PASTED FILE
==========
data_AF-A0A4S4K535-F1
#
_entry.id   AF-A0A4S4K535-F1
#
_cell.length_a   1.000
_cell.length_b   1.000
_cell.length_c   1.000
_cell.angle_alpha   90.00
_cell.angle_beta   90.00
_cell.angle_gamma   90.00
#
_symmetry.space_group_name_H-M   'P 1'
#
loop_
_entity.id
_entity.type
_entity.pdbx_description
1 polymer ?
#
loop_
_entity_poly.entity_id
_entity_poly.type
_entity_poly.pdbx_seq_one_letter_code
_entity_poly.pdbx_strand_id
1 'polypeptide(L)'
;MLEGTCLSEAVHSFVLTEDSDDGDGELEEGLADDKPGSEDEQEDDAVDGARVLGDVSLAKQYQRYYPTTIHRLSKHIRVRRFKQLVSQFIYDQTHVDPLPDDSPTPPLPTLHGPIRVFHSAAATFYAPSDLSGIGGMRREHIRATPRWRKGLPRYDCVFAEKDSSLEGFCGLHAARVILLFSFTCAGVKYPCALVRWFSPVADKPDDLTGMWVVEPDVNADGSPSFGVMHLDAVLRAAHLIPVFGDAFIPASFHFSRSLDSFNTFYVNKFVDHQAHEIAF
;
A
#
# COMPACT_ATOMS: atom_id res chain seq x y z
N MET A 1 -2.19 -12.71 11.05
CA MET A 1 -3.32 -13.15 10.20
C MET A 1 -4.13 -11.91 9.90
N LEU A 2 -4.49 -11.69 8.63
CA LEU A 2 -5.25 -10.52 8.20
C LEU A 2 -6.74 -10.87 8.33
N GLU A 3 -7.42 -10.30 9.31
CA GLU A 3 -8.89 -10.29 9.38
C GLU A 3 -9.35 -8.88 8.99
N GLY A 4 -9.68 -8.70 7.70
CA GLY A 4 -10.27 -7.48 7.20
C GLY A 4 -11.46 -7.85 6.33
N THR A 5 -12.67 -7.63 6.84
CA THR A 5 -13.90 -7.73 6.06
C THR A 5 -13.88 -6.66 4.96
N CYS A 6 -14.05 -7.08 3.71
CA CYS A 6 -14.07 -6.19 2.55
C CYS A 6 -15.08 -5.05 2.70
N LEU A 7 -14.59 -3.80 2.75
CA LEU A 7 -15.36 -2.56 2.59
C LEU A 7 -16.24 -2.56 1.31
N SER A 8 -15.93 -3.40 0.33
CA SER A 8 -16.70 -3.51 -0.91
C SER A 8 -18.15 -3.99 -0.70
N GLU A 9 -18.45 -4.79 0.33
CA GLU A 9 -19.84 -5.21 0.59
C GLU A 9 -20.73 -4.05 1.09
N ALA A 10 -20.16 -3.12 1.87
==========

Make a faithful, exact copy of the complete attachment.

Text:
data_AF-A0A4S4K535-F1
#
_entry.id   AF-A0A4S4K535-F1
#
_cell.length_a   1.000
_cell.length_b   1.000
_cell.length_c   1.000
_cell.angle_alpha   90.00
_cell.angle_beta   90.00
_cell.angle_gamma   90.00
#
_symmetry.space_group_name_H-M   'P 1'
#
loop_
_entity.id
_entity.type
_entity.pdbx_description
1 polymer ?
#
loop_
_entity_poly.entity_id
_entity_poly.type
_entity_poly.pdbx_seq_one_letter_code
_entity_poly.pdbx_strand_id
1 'polypeptide(L)'
;MLEGTCLSEAVHSFVLTEDSDDGDGELEEGLADDKPGSEDEQEDDAVDGARVLGDVSLAKQYQRYYPTTIHRLSKHIRVRRFKQLVSQFIYDQTHVDPLPDDSPTPPLPTLHGPIRVFHSAAATFYAPSDLSGIGGMRREHIRATPRWRKGLPRYDCVFAEKDSSLEGFCGLHAARVILLFSFTCAGVKYPCALVRWFSPVADKPDDLTGMWVVEPDVNADGSPSFGVMHLDAVLRAAHLIPVFGDAFIPASFHFSRSLDSFNTFYVNKFVDHQAHEIAF
;
A
#
# COMPACT_ATOMS: atom_id res chain seq x y z
N MET A 1 -2.19 -12.71 11.05
CA MET A 1 -3.32 -13.15 10.20
C MET A 1 -4.13 -11.91 9.90
N LEU A 2 -4.49 -11.69 8.63
CA LEU A 2 -5.25 -10.52 8.20
C LEU A 2 -6.74 -10.87 8.33
N GLU A 3 -7.42 -10.30 9.31
CA GLU A 3 -8.89 -10.29 9.38
C GLU A 3 -9.35 -8.88 8.99
N GLY A 4 -9.68 -8.70 7.70
CA GLY A 4 -10.27 -7.48 7.20
C GLY A 4 -11.46 -7.85 6.33
N THR A 5 -12.67 -7.63 6.84
CA THR A 5 -13.90 -7.73 6.06
C THR A 5 -13.88 -6.66 4.96
N CYS A 6 -14.05 -7.08 3.71
CA CYS A 6 -14.07 -6.19 2.55
C CYS A 6 -15.08 -5.05 2.70
N LEU A 7 -14.59 -3.80 2.75
CA LEU A 7 -15.36 -2.56 2.59
C LEU A 7 -16.24 -2.56 1.31
N SER A 8 -15.93 -3.40 0.33
CA SER A 8 -16.70 -3.51 -0.91
C SER A 8 -18.15 -3.99 -0.70
N GLU A 9 -18.45 -4.79 0.33
CA GLU A 9 -19.84 -5.21 0.59
C GLU A 9 -20.73 -4.05 1.09
N ALA A 10 -20.16 -3.12 1.87